May saw the loss of former IBM International President Bob Escher. It also saw more magical films hit the big screen. Desperate Acts Of Magic opened to limited release and generally positive reviews. The indie film told the story of a computer programmer with dreams of winning a magic competition which are complicated by girl troubles but what made it special was that all magic shown was actually performed! Overshadowing Desperate Acts was the release of Now You See Me by Lionsgate. Boasting stars such as Jesse Eisenberg, Woody Harrelson, Mark Ruffalo and Morgan Freeman, the magic caper film was a modest US success but wildly successful overseas. At a cost of about $75 million, it grossed about $117 million in the US and over $350 million total guaranteeing itself a sequel. The sleeper hit caused quite a bit of stir in film circles, proving that overseas box office was more important than ever and that magic films could be successful!
June saw more movie magic with a limited run for Magic Camp, a documentary about Tannen’s annual summer youth camp, before its video on demand release in July. June also brought the eighth incarnation of America’s Got Talent on the small screen. This season saw several magicians in the competition, including illusionists Leon Ettiene and Romy Low, Special Head, escape artist Alexandria the Great, Arian Black and eventual fifth place finisher Collins Key. The month also brought the passing of Amos Levkovitch. By far the strangest thing to happen in the June was the tempest in a teapot created when the USDA sent a letter to magician Marty Hahne. The 13 page letter demanded that he provide an approved disaster plan for his livestock (a three pound rabbit) or face fines. This led to national exposure for Hahne, who was eventually able to provide the plan thanks to the assistance of a professional, who routinely received hundreds of dollars to design such plans, who had heard of his case.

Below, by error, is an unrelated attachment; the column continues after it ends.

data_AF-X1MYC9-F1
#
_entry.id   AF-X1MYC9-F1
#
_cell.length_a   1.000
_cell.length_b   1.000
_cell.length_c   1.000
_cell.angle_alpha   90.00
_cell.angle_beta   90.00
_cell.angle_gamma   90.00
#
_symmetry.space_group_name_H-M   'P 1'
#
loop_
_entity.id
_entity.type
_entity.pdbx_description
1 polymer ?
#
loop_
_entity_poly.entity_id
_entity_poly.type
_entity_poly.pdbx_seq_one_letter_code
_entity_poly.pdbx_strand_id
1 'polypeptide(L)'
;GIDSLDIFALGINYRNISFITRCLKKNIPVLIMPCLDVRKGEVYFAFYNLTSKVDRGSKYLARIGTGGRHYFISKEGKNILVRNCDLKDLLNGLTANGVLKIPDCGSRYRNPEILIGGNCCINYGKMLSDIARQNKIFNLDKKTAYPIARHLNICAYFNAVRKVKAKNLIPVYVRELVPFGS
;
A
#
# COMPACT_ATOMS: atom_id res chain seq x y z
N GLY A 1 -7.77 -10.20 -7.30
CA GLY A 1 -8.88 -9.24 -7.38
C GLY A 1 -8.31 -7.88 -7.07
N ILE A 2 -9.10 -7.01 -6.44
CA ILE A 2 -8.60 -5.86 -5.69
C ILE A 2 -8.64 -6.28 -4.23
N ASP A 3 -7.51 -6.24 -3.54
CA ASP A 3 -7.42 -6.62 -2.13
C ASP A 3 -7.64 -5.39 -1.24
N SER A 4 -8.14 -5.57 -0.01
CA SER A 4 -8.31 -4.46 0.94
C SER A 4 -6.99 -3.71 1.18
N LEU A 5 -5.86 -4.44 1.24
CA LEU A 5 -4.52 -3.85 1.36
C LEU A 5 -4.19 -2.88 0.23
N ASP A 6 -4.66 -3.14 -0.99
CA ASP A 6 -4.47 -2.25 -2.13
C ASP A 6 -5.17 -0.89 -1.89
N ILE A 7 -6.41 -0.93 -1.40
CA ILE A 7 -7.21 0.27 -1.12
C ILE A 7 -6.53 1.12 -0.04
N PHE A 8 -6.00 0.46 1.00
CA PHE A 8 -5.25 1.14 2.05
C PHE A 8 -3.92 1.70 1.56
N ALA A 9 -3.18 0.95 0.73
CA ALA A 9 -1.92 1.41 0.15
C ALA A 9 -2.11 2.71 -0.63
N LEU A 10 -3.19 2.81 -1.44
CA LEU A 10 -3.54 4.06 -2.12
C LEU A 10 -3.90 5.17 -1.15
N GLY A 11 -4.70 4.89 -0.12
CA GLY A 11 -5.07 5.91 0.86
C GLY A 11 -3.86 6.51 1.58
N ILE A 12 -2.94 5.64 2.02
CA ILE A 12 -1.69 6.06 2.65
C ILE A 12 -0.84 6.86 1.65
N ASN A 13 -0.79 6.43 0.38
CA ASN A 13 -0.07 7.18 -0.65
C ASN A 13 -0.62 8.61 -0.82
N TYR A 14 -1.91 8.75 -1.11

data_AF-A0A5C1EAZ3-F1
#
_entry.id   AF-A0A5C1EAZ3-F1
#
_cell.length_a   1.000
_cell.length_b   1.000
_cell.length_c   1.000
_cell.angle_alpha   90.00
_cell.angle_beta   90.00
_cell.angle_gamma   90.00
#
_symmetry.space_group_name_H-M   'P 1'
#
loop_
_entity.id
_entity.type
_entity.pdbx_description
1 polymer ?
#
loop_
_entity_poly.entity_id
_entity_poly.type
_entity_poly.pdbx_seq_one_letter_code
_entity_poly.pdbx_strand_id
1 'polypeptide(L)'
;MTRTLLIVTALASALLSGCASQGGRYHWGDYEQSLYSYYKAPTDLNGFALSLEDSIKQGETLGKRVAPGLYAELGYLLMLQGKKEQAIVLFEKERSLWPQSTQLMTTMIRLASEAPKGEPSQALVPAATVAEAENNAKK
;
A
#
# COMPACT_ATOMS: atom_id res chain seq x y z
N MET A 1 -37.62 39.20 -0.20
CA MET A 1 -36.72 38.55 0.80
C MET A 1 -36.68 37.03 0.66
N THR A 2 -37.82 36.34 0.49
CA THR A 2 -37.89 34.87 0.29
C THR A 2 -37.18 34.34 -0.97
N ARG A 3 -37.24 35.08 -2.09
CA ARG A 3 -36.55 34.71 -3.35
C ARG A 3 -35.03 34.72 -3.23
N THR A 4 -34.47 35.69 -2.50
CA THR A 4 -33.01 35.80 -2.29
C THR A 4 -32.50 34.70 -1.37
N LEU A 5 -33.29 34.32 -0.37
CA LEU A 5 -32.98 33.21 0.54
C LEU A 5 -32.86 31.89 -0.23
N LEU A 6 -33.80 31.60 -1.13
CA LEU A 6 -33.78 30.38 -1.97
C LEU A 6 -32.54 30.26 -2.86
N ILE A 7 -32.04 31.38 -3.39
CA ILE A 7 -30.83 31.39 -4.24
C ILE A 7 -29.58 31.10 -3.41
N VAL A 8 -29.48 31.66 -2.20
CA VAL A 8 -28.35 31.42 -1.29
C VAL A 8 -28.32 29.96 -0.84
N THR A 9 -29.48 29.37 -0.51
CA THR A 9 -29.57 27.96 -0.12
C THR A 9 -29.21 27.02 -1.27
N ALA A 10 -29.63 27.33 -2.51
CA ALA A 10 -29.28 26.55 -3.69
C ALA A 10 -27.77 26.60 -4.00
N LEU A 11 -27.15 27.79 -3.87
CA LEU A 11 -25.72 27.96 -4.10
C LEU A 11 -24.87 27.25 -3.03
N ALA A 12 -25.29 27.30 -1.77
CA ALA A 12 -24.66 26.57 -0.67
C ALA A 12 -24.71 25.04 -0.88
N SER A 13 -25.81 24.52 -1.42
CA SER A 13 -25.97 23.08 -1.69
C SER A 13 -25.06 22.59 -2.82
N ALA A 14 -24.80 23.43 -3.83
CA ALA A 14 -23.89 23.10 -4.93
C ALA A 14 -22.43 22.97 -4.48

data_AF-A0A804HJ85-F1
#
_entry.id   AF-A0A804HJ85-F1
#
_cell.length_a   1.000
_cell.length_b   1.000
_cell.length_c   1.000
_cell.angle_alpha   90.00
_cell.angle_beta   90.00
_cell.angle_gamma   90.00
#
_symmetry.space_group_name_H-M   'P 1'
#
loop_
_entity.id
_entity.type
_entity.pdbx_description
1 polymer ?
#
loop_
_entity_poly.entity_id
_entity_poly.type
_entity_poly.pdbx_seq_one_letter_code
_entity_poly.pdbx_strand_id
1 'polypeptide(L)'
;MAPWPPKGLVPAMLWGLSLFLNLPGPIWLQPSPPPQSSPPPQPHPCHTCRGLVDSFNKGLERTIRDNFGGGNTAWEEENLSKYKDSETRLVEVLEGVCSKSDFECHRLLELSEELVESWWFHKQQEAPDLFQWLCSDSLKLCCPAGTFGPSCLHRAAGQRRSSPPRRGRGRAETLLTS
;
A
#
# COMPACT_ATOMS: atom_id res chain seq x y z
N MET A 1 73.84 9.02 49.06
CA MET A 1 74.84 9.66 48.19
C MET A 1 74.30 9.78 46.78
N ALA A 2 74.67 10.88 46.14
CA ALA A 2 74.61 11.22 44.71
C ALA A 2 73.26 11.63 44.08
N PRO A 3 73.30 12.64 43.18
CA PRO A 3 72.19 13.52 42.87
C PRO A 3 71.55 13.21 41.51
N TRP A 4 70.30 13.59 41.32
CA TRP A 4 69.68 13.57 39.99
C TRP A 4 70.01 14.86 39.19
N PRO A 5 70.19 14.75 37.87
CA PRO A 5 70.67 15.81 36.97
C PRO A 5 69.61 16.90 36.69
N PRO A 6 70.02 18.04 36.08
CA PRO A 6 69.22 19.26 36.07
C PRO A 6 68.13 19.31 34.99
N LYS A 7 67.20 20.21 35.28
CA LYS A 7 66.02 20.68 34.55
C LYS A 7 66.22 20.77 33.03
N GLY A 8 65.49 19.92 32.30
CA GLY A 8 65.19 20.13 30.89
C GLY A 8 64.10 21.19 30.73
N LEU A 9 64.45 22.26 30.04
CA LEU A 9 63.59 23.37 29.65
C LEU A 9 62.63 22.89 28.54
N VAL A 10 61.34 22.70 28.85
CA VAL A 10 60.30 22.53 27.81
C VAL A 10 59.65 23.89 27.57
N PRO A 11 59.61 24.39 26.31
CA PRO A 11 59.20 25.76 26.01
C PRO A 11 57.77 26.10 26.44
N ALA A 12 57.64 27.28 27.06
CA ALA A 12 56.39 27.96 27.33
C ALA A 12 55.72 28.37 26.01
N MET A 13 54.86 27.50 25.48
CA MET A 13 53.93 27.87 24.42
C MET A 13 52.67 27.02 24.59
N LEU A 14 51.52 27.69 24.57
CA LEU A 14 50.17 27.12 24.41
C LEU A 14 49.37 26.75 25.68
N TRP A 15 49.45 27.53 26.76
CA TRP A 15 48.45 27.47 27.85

That brings us to mid-year and a convenient place to stop. Join us next week as we look at the rest of the year and, eventually, on to 2014!
Posted by Editor on September 26th, 2013
The gang of magicians behind Breaking Magic (aka The Science of Magic) will return for a 14 episode second season.
The series has been shooting throughout Europe over the past few months. Fans will notice one major change, James Galea of the first incarnation has been swapped out for Nate Staniforth in the new eps. Original Breakers Billy Kidd, Wayne Houchin and Ben Hanlin remain.
Congrats to the team and Objective productions (Derren Brown, Barry and Stuart, The Real Hustle) for another successful magic franchise.
The press release came from Discovery Networks International and touted a premiere across 224 countries in February 2014. It wasn’t clear on if us Americans will get a chance to see it on the mothership network, hopefully we can get clarification on that going forward.
Posted by Editor on July 18th, 2013
Wayne Houchin had one hell of a 2012, but it’s good to see him now fully healed during interviews for an Australian news magazine.